Use a Block Storage Volume with Nextcloud

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What is Nextcloud?

Nextcloud is a cloud storage platform that allows you to store and access your files from any device. This guide shows how to attach a Block Storage Volume to a Linode in order to meet the demands of a large file library.

Before You Begin

  • You will need root access to your Linode, or a user account with sudo privilege.
  • Update your system.

Install Docker and Docker Compose


To install Docker CE (Community Edition), follow the instructions within one of the guides below:

For complete instructions on even more Linux distributions, reference the Install Docker Engine section of Docker’s official documentation.

Docker Compose

Docker Compose is available in plugin and standalone variants. However, Docker’s official documentation prioritizes the plugin. Further, the plugin has a straightforward installation and works well with past Docker Compose commands.

These steps thus show how to install the Docker Compose plugin. If you are interested in installing the standalone Docker Compose application, follow Docker’s official installation guide.


Many tutorials retain the Docker Compose standalone command format, which looks like the following:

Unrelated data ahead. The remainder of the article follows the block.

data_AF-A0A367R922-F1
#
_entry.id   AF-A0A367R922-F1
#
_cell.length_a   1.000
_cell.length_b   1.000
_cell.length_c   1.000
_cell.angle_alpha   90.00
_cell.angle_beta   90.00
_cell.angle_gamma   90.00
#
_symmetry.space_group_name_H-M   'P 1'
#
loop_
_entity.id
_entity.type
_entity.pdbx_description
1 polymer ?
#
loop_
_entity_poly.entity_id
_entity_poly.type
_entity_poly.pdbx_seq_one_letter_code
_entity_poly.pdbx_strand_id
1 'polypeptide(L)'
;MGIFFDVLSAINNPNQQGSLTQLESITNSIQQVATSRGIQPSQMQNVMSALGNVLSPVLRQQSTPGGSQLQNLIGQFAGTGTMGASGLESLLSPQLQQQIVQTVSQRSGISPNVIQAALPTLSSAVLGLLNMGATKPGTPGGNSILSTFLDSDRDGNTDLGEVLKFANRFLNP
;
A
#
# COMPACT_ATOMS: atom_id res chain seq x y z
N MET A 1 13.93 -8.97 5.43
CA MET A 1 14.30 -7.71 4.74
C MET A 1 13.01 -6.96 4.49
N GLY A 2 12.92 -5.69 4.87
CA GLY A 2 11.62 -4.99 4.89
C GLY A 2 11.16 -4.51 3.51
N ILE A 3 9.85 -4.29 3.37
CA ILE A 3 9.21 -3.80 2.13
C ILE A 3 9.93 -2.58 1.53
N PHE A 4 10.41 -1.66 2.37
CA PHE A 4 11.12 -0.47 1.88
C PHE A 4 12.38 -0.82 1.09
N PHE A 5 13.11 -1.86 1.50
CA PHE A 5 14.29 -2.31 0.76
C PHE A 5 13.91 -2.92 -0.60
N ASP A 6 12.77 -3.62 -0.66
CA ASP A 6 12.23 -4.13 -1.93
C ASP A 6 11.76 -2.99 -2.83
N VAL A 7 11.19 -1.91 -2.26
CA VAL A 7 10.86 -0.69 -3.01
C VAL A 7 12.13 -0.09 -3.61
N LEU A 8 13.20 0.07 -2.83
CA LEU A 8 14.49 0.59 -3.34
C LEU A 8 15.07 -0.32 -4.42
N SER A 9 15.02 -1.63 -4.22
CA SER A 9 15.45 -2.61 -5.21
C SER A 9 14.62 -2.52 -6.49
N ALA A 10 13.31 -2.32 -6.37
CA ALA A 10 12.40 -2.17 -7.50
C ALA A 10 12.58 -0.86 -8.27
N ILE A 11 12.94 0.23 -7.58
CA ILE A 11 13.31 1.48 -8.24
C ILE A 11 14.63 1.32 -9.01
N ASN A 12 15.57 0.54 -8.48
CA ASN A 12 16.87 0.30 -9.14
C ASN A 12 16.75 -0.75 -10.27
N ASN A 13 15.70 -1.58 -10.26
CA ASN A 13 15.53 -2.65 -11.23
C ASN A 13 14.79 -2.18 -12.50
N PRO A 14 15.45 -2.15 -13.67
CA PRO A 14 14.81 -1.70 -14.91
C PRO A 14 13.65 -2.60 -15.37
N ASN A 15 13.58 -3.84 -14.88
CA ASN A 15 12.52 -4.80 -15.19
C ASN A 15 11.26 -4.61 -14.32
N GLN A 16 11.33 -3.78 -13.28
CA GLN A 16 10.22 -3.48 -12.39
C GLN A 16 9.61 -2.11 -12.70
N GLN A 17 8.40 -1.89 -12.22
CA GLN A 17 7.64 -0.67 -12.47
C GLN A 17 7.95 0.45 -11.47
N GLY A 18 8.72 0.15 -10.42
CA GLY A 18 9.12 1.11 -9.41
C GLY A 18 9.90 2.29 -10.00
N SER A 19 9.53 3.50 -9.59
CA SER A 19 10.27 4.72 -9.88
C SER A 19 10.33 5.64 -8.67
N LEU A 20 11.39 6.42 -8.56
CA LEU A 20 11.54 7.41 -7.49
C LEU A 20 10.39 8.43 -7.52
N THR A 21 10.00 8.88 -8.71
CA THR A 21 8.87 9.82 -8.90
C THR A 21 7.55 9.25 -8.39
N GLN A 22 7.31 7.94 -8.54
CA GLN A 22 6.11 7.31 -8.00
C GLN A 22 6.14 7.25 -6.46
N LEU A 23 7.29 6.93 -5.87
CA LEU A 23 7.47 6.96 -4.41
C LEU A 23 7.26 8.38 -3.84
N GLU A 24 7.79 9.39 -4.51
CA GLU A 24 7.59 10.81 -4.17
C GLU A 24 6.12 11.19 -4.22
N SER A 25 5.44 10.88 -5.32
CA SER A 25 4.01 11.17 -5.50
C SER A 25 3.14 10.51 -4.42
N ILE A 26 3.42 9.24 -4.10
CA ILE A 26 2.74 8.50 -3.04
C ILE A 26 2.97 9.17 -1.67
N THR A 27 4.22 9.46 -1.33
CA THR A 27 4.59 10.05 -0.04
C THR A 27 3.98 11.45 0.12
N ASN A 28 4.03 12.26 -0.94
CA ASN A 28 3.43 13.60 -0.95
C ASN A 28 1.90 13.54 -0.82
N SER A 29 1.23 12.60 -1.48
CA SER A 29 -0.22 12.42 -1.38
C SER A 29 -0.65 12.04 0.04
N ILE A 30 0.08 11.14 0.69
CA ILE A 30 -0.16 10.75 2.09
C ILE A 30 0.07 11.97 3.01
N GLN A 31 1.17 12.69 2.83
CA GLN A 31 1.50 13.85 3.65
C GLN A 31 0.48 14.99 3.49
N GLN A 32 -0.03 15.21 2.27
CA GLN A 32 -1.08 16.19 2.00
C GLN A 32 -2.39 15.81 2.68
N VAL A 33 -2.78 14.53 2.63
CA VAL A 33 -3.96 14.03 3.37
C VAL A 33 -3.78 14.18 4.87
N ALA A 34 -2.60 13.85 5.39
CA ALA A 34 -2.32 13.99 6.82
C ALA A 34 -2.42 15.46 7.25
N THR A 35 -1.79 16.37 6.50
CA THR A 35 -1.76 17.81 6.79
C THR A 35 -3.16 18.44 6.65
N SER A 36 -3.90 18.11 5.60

docker-compose [command]

Be sure to replace this with the plugin’s command format when using this installation method. This typically just means replacing the hyphen with a space, as in:

docker compose [command]
  1. Enable the Docker repository for your system’s package manager. The repository is typically already enabled after you have installed the Docker engine. Follow our relevant guide on installing Docker to enable the repository on your system.

  2. Update your package manager, and install the Docker Compose plugin.

    • On Debian and Ubuntu systems, use the following commands:
    sudo apt update
    sudo apt install docker-compose-plugin
    • On CentOS, Fedora, and other RPM-based distributions, use the following commands:
    sudo yum update
    sudo yum install docker-compose-plugin

Attach a Block Storage Volume

  1. Create a Block Storage Volume and attach it to your Linode. See View, Create, and Delete Block Storage Volumes for instructions on how to do this from the Linode Manager.

    • You can also use the Linode CLI to create a new Volume. The command below creates a 20GB Volume with the label nextcloud attached to a Linode labeled nextcloud-linode. Adjust the command as needed:

        linode-cli volume create nextcloud -l nextcloud-linode -s 20
  2. Create a filesystem on the Block Storage Volume, then create a mount point per the instructions from the Linode Manager:

  3. Check available disk space. Notice that there is some overhead with the Volume due to the file system:

    df -BG
    Filesystem     1G-blocks  Used Available Use% Mounted on
    /dev/root            20G    2G       18G   6% /
    devtmpfs              1G    0G        1G   0% /dev
    tmpfs                 1G    0G        1G   0% /dev/shm
    tmpfs                 1G    1G        1G   2% /run
    tmpfs                 1G    0G        1G   0% /run/lock